A powerful antioxidant, curcumin is the yellow pigment and medicinal compound found in turmeric, a spice native to India and Indonesia. It can reduce inflammation, improve performance recovery, and, according to a 2007 report by the U.S. National Library of Medicine National Institutes of Health, “offset some of the damage associated with downhill running.” In a 2010 study in the Journal of Breast Cancer Research and Treatment showed curcumin and “piperine,” an alkaloid derived from black pepper, were able to prevent the development of cancer stem cells in breasts.

A more recent study published in the Journal of General Virology found that curcumin had antiviral properties. In the study, researchers treated experimental cells with curcumin and then attempted to infect the cells with certain viruses. The cells treated with higher concentrations of curcumin had fewer virus particles at the end of the experiment.

How to Consume

The European Food Safety Authority advises consuming 1.4 milligrams of curcumin per pound of body weight per day. If taking a curcumin supplement, up to 400–500 milligrams is suggested twice a day.

Curcumin is not easily absorbed, so take it before a meal or three hours after; avoid taking before bedtime, as it can cause digestive problems. Also, increase the dose gradually. Too much of the supplement can be hard on the stomach and gallbladder and can interfere with other medications (like anticoagulants), so make sure you check with your doctor before taking, especially if pregnant.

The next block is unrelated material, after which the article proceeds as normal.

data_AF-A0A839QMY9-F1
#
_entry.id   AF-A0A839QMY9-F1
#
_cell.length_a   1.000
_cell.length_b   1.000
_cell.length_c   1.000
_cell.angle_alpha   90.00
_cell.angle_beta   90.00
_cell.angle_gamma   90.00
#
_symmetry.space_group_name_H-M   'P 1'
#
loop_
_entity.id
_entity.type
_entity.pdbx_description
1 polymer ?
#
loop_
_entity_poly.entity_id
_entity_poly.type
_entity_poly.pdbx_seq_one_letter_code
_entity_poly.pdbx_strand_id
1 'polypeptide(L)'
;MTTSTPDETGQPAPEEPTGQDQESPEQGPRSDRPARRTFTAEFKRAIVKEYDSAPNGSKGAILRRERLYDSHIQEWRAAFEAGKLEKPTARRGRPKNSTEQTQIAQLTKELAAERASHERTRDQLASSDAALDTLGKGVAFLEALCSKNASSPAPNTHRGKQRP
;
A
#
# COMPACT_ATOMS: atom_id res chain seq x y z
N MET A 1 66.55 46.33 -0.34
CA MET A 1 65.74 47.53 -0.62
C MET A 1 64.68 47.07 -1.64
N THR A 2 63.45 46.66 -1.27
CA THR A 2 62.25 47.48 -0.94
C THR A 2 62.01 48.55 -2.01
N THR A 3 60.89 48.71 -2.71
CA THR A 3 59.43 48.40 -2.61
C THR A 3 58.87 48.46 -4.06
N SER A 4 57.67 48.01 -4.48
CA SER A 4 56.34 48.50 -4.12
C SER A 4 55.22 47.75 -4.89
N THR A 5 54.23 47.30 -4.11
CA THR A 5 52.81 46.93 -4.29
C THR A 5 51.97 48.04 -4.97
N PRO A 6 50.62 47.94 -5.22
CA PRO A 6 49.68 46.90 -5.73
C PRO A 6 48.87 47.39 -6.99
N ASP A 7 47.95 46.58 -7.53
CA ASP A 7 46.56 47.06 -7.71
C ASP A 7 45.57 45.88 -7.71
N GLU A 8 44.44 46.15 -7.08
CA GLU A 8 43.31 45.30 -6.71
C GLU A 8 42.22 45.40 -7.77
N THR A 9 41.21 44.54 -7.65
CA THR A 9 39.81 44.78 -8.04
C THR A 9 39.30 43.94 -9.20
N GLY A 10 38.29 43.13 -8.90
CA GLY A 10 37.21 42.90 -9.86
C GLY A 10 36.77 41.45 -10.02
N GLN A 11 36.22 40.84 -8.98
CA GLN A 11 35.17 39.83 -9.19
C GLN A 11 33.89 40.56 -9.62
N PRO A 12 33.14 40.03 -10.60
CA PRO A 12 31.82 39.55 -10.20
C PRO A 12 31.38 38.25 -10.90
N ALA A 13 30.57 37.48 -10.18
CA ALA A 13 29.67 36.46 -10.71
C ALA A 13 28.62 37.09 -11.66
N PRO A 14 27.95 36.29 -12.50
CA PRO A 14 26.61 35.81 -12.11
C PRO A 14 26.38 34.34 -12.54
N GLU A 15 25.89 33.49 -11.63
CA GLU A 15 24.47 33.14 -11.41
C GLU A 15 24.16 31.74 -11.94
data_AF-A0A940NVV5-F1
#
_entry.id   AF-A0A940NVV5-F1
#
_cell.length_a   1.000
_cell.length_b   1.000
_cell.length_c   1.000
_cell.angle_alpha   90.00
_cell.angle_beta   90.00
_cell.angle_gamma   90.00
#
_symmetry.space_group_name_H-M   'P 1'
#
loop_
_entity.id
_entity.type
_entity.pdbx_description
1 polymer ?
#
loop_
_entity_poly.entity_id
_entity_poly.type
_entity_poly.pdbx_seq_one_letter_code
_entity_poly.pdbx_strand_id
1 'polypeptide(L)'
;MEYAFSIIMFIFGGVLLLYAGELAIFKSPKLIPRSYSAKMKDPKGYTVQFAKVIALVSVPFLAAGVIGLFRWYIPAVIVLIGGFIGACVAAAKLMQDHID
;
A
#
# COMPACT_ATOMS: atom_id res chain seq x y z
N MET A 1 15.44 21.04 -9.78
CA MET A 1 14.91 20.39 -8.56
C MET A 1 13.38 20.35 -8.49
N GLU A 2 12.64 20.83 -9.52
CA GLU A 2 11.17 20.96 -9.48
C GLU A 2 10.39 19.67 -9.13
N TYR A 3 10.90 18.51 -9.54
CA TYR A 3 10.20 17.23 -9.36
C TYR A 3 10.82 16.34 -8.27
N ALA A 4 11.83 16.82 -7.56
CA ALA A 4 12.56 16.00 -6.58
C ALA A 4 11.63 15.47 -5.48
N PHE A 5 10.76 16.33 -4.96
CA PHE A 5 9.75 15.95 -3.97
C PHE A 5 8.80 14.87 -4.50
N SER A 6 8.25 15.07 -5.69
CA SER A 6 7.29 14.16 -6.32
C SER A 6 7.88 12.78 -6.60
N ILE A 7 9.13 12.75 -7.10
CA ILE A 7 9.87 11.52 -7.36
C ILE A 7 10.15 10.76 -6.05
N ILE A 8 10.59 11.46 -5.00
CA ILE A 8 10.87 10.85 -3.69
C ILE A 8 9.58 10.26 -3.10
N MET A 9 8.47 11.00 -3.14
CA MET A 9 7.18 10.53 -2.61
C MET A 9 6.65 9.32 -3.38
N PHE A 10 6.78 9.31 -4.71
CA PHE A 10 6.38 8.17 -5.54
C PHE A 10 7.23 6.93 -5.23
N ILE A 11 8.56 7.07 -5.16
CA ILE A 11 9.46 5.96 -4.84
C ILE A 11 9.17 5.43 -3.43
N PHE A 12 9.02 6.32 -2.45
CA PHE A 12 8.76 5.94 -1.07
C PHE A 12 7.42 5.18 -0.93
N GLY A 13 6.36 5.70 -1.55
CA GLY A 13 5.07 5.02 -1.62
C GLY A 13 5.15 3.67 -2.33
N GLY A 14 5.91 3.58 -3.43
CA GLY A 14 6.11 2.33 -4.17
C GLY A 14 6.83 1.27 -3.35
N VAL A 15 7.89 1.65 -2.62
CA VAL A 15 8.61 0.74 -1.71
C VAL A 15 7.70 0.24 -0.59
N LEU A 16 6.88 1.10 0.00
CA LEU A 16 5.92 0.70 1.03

Add It in to Fight Inflammation

The key to this insoluble spice is that it needs fat to go into full absorption mode. Mix freshly grated curcumin (which can be found in some grocery and specialty food stores and can last up to a week in the fridge) with olive oil before you drizzle it on roasted veggies, scrambled eggs or rice. For a post-run smoothie (as it can give you gas if you consume before a run), dissolve it in a tablespoon of coconut oil. Adding black pepper will help quicken the absorption process 1,000 times, says Melissa Rifkin, a registered bariatric dietitian at NYC’s Montefiore Medical Center. You can also buy curcumin in dried or supplement form. Or try it in this golden overnight oats recipe.

 

Photo: Getty Images

Green Tea

Science Says

Green tea has been touted as a powerful antioxidant that can do it all, from preventing high cholesterol to improving mental alertness. An analysis published in The European Journal of Preventative Cardiology looked at over 100,000 people and found that habitual green tea drinkers (people who had tea three or more times a week) had a 25 percent lower risk for heart disease and stroke (both fatal and non-fatal) and all-cause death.